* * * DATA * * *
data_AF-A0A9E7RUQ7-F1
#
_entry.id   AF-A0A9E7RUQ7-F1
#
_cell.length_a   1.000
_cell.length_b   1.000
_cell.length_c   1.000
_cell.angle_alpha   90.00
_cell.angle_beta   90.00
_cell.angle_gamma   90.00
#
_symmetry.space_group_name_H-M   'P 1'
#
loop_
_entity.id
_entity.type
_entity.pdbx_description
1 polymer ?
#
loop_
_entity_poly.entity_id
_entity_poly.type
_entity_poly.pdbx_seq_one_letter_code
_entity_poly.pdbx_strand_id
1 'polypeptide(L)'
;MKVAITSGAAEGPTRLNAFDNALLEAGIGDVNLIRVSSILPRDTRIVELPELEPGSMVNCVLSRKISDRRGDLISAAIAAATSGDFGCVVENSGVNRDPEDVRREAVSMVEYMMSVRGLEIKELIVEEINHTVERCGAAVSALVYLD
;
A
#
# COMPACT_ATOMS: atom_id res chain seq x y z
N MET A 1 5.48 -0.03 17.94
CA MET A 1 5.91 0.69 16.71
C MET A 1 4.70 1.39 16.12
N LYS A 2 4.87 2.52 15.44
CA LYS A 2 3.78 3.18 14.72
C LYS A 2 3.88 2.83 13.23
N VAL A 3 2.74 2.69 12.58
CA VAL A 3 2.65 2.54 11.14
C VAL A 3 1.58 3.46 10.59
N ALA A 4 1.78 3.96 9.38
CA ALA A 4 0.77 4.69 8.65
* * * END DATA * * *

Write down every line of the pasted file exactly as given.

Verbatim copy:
data_AF-A0A9E7RUQ7-F1
#
_entry.id   AF-A0A9E7RUQ7-F1
#
_cell.length_a   1.000
_cell.length_b   1.000
_cell.length_c   1.000
_cell.angle_alpha   90.00
_cell.angle_beta   90.00
_cell.angle_gamma   90.00
#
_symmetry.space_group_name_H-M   'P 1'
#
loop_
_entity.id
_entity.type
_entity.pdbx_description
1 polymer ?
#
loop_
_entity_poly.entity_id
_entity_poly.type
_entity_poly.pdbx_seq_one_letter_code
_entity_poly.pdbx_strand_id
1 'polypeptide(L)'
;MKVAITSGAAEGPTRLNAFDNALLEAGIGDVNLIRVSSILPRDTRIVELPELEPGSMVNCVLSRKISDRRGDLISAAIAAATSGDFGCVVENSGVNRDPEDVRREAVSMVEYMMSVRGLEIKELIVEEINHTVERCGAAVSALVYLD
;
A
#
# COMPACT_ATOMS: atom_id res chain seq x y z
N MET A 1 5.48 -0.03 17.94
CA MET A 1 5.91 0.69 16.71
C MET A 1 4.70 1.39 16.12
N LYS A 2 4.87 2.52 15.44
CA LYS A 2 3.78 3.18 14.72
C LYS A 2 3.88 2.83 13.23
N VAL A 3 2.74 2.69 12.58
CA VAL A 3 2.65 2.54 11.14
C VAL A 3 1.58 3.46 10.59
N ALA A 4 1.78 3.96 9.38
CA ALA A 4 0.77 4.69 8.65